Managing Multicultural Teams

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In my first post ever, I talked about how the "multi" factor plays an important role in projects and how project managers must be prepared to address team issues related to this phenomenon.

As project managers in a global environment, we are now more often expected to lead multi-regional projects. This adds the element of different cultures -- both national and organizational -- that adds can add complexity to projects.

Perhaps your experience is similar to mine when working with project teams in a global environment. My multicultural project team consists of senior stakeholders, a deployment team and a technical support team. All team members have varying experience in the organization, but also can come from very different cultural backgrounds.

There can be a struggle when starting a project in a culture that you are not familiar with. How do you bring everyone together to share a common vision and commitment on the project delivery? I have learned that I need to develop strong cultural competencies to manage a multicultural project team effectively and to establish connections with the team members.

I like to use three tactics when on-boarding a new team member from a different culture:

1. Explain the purpose and benefits of the project to help establish the bond between the team member and the project objectives. Stress the importance of his or her role and how his or her local experience and knowledge will benefit the project.  

2. Discuss any concerns that the team member may have, such as with language or customs. This can also help break the ice and show that you understand how difficult cross-cultural relationships can be.  

3. Emphasize what is important to you, whether it's work ethic or communication methods, and why it's important. Don't assume that all of your expectations are globally understood.

When I manage a project abroad, one of my preferred ways to build cultural awareness is by spending time visiting popular spots where the locals meet. For example, at restaurants, coffee shops, sporting events and shopping centers, you can observe customs, traditions and behaviors.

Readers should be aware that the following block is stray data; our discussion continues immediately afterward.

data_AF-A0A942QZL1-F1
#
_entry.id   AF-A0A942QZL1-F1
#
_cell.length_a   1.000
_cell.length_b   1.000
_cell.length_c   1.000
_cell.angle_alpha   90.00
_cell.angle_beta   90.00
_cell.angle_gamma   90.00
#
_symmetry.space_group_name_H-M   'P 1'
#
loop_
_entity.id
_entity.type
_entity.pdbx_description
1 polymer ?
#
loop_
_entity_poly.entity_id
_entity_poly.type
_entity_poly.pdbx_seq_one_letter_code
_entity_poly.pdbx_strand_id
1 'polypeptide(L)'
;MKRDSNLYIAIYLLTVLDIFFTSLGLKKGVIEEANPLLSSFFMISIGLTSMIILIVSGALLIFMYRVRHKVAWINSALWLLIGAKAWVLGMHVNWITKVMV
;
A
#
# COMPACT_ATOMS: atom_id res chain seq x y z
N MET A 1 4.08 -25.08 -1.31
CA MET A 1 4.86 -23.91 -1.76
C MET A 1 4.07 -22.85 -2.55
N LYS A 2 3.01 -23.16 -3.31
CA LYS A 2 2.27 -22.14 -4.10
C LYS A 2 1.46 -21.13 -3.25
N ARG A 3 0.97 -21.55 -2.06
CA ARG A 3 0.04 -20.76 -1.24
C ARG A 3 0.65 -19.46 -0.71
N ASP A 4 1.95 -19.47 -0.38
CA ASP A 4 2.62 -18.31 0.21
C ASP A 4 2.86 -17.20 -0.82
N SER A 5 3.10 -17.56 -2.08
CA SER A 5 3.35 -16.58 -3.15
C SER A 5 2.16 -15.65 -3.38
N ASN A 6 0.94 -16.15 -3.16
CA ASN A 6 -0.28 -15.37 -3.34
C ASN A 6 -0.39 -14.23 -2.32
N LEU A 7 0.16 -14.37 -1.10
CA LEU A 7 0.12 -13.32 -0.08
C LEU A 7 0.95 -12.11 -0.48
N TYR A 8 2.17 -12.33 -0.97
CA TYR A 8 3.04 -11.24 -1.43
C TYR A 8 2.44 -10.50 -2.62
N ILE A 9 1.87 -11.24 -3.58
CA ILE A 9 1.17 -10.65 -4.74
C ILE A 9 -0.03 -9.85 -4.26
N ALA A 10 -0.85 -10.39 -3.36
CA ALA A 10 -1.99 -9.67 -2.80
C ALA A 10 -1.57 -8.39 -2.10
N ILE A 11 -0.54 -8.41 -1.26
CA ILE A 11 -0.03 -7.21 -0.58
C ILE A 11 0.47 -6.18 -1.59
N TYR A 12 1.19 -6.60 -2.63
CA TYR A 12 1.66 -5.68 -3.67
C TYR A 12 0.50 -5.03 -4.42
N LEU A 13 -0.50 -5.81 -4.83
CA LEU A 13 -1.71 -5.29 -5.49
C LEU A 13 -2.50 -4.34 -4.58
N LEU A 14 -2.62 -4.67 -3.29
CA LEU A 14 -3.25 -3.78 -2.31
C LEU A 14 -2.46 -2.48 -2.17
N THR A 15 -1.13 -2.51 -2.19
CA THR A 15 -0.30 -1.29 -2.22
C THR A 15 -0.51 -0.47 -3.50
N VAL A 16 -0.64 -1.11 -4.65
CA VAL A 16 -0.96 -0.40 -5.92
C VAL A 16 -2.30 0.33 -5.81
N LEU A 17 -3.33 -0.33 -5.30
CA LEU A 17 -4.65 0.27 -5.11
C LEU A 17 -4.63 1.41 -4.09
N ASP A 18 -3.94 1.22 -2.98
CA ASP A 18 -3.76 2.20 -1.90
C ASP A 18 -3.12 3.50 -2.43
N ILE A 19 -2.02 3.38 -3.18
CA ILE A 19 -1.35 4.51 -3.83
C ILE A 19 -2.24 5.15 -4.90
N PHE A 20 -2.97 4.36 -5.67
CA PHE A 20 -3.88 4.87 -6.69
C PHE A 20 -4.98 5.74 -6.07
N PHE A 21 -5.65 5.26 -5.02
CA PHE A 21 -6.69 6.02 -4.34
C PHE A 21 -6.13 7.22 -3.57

Your observations in those settings can help to answer your questions about the culture. But it's just not observation that will help you.  People are very proud of their cultures and customs and are often keen to help you understand them. This supports the need to build a rapport with your team, whilst also building your awareness.

It's also important to understand your own culture's norms and behaviors. That knowledge helps guard against interpreting another culture's behaviors in terms of your own unexamined expectations.

As a global project manager, how do you manage a multicultural team?  

Posted by Conrado Morlan on: August 20, 2012 02:28 PM | Permalink

Comments (6)

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PM Hut
Hi Conrado, I think #1 (explaining the vision to your team members) should happen in all projects - not only on multi-cultural projects. I can think of two things that have to do with the project manager, for example: - The project manager must know about the major traditions and customs for the countries represented in his project (through the project team) and - The project manager must treat each country's team members differently